P.E.I. scores a “C” grade on life expectancy. Nova Scotia, Newfoundland and Labrador, and Manitoba rank near the bottom of the pack but also manage to get “C” grades as a result of the low life expectancy in the worst-performing peer country, the United States. The average American born in 2011 will live for 78.7 years. Saskatchewan is the worst-ranking province and scores a “D” grade.

The territories all score “D-” grades for having lower life expectancies than the worst-performing peer country, the United States. In Nunavut, the life expectancy in 2011 was only 71.8 years.

How do the provinces and territories perform relative to each other?

B.C. and Ontario are the highest-ranked provinces and the only two “A” performers on life expectancy, while Manitoba and Saskatchewan are the lowest-ranking provinces. Life expectancy in B.C. is 2.6 years longer than in Saskatchewan. All three territories rank at the bottom of the pack.

Why is life expectancy in the territories so low?

Life expectancy in the territories is much lower than in the rest of Canada. In fact, at 71.8 years, life expectancy in Nunavut is more comparable to Ukraine than the rest of Canada.1 A child born today in Nunavut is expected to live about 10 years less than a child born in British Columbia.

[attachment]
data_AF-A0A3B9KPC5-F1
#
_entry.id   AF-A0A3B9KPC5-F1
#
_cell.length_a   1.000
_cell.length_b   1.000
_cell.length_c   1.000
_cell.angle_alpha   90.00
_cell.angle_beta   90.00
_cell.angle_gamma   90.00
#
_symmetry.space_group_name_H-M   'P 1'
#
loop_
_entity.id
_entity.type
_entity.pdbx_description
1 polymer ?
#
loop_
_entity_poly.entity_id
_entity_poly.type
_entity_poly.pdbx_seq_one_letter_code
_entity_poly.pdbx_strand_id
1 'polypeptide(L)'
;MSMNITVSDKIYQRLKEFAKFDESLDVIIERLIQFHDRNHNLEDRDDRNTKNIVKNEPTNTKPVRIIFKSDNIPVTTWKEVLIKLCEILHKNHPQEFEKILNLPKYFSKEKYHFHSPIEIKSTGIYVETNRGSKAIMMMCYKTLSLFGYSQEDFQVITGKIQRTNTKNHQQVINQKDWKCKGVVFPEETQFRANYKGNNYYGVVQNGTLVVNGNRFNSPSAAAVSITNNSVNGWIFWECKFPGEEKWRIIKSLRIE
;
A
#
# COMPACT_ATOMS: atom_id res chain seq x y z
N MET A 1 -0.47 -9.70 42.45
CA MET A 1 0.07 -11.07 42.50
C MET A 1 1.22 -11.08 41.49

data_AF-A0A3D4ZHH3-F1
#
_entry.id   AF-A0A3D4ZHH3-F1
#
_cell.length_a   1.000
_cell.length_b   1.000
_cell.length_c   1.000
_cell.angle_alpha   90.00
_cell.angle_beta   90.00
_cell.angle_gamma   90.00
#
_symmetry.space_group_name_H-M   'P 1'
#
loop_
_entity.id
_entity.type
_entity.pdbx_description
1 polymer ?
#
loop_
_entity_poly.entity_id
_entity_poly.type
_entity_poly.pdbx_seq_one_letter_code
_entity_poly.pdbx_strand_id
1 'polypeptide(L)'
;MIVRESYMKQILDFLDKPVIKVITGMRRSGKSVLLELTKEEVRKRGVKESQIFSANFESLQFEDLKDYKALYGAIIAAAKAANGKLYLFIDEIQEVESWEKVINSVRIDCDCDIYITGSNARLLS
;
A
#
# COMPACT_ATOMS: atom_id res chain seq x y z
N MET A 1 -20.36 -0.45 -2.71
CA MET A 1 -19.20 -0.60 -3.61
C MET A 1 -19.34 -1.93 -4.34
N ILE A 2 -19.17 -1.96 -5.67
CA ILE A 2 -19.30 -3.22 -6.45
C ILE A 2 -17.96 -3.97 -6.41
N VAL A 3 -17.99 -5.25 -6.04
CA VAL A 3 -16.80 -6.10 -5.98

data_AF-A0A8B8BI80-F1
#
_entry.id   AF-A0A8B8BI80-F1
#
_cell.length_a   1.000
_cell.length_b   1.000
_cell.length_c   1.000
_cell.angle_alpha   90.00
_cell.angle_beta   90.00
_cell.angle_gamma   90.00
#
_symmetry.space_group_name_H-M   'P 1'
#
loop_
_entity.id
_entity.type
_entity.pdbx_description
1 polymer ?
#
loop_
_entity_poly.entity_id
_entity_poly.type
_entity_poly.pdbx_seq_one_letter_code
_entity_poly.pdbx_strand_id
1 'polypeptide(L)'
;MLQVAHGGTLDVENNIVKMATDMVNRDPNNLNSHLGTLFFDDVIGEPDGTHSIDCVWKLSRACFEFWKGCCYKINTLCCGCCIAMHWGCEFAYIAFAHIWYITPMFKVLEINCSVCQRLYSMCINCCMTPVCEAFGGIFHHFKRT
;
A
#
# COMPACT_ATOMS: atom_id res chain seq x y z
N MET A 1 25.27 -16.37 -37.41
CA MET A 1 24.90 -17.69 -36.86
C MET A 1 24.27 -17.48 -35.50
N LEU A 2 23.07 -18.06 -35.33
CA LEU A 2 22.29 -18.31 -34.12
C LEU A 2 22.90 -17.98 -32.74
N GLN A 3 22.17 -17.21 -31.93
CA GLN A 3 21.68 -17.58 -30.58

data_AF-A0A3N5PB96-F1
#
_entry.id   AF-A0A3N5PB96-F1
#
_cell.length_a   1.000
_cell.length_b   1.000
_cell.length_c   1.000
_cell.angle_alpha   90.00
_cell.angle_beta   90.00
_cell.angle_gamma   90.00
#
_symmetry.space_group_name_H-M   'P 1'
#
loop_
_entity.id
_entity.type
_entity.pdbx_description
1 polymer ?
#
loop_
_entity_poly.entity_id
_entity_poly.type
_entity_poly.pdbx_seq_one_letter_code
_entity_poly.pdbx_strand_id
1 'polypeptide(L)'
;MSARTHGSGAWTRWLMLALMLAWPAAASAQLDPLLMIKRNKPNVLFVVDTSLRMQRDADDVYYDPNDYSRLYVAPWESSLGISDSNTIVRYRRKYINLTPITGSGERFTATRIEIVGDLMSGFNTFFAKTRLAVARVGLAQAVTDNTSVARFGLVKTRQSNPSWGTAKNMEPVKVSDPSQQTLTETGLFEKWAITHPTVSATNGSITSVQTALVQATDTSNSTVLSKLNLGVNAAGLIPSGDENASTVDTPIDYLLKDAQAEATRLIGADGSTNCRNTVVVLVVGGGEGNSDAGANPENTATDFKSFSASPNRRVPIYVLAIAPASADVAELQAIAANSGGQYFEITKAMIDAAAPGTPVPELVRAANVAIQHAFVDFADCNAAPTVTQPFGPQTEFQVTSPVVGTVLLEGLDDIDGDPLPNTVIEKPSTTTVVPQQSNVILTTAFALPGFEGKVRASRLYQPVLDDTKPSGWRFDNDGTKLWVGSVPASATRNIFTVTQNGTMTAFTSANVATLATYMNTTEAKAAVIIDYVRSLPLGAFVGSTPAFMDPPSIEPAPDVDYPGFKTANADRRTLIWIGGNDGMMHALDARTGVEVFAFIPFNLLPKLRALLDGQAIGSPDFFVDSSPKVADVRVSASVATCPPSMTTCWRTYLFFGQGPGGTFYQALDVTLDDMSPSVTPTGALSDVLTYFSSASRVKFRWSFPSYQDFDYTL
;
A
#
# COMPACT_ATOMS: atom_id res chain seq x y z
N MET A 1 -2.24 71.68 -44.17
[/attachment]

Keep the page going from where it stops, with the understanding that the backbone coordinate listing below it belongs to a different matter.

Several factors could be responsible for the lower life expectancy in the territories. First, the territories do poorly on socio-economic indicators considered to be key determinants of health. For example, the territories have higher levels of long-term unemployment and lower proportions of high school and university graduates.2, 3 The territories also have some of the highest rates of smoking, obesity, and substance abuse in Canada. All of these are associated with poor health. In 2013, 19.3 per cent of the Canadian population aged 12 years or older smoked daily or occasionally—in Yukon, Northwest Territories, and Nunavut the smoking rates in 2013 were 25.9 per cent, 33.2 per cent, and 59 per cent, respectively.4